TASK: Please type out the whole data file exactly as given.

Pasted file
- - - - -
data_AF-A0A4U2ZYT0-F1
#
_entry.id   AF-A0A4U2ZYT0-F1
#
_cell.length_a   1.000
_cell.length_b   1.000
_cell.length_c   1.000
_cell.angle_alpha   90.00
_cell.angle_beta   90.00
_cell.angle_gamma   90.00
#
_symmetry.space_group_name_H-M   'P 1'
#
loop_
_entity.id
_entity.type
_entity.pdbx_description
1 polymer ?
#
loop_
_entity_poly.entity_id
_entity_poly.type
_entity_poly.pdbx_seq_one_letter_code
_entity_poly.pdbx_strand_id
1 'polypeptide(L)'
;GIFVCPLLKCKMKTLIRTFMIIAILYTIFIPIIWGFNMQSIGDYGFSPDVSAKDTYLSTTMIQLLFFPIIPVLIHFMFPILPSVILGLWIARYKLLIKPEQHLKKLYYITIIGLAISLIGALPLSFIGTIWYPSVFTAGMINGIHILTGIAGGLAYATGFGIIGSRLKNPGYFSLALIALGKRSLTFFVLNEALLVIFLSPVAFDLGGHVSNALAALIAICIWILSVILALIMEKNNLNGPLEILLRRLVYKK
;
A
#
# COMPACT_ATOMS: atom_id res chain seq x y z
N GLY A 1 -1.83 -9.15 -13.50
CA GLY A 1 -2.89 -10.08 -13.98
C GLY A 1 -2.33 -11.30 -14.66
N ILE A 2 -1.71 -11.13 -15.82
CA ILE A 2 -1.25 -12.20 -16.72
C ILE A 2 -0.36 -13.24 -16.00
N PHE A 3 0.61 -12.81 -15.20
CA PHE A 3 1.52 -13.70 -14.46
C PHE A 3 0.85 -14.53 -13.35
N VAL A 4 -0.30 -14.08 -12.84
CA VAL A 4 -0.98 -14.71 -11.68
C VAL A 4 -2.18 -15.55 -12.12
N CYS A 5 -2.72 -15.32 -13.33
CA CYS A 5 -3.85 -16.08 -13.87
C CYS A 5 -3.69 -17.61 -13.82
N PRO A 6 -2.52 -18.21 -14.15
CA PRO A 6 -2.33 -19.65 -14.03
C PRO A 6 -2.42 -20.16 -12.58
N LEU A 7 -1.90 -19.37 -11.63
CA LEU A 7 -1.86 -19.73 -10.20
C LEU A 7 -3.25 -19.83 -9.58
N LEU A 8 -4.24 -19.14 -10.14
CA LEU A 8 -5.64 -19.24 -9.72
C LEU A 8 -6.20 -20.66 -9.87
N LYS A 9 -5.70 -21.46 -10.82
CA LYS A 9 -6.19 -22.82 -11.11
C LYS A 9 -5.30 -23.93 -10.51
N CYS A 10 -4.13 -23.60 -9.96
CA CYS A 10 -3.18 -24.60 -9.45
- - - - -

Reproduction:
data_AF-A0A4U2ZYT0-F1
#
_entry.id   AF-A0A4U2ZYT0-F1
#
_cell.length_a   1.000
_cell.length_b   1.000
_cell.length_c   1.000
_cell.angle_alpha   90.00
_cell.angle_beta   90.00
_cell.angle_gamma   90.00
#
_symmetry.space_group_name_H-M   'P 1'
#
loop_
_entity.id
_entity.type
_entity.pdbx_description
1 polymer ?
#
loop_
_entity_poly.entity_id
_entity_poly.type
_entity_poly.pdbx_seq_one_letter_code
_entity_poly.pdbx_strand_id
1 'polypeptide(L)'
;GIFVCPLLKCKMKTLIRTFMIIAILYTIFIPIIWGFNMQSIGDYGFSPDVSAKDTYLSTTMIQLLFFPIIPVLIHFMFPILPSVILGLWIARYKLLIKPEQHLKKLYYITIIGLAISLIGALPLSFIGTIWYPSVFTAGMINGIHILTGIAGGLAYATGFGIIGSRLKNPGYFSLALIALGKRSLTFFVLNEALLVIFLSPVAFDLGGHVSNALAALIAICIWILSVILALIMEKNNLNGPLEILLRRLVYKK
;
A
#
# COMPACT_ATOMS: atom_id res chain seq x y z
N GLY A 1 -1.83 -9.15 -13.50
CA GLY A 1 -2.89 -10.08 -13.98
C GLY A 1 -2.33 -11.30 -14.66
N ILE A 2 -1.71 -11.13 -15.82
CA ILE A 2 -1.25 -12.20 -16.72
C ILE A 2 -0.36 -13.24 -16.00
N PHE A 3 0.61 -12.81 -15.20
CA PHE A 3 1.52 -13.70 -14.46
C PHE A 3 0.85 -14.53 -13.35
N VAL A 4 -0.30 -14.08 -12.84
CA VAL A 4 -0.98 -14.71 -11.68
C VAL A 4 -2.18 -15.55 -12.12
N CYS A 5 -2.72 -15.32 -13.33
CA CYS A 5 -3.85 -16.08 -13.87
C CYS A 5 -3.69 -17.61 -13.82
N PRO A 6 -2.52 -18.21 -14.15
CA PRO A 6 -2.33 -19.65 -14.03
C PRO A 6 -2.42 -20.16 -12.58
N LEU A 7 -1.90 -19.37 -11.63
CA LEU A 7 -1.86 -19.73 -10.20
C LEU A 7 -3.25 -19.83 -9.58
N LEU A 8 -4.24 -19.14 -10.14
CA LEU A 8 -5.64 -19.24 -9.72
C LEU A 8 -6.20 -20.66 -9.87
N LYS A 9 -5.70 -21.46 -10.82
CA LYS A 9 -6.19 -22.82 -11.11
C LYS A 9 -5.30 -23.93 -10.51
N CYS A 10 -4.13 -23.60 -9.96
CA CYS A 10 -3.18 -24.60 -9.45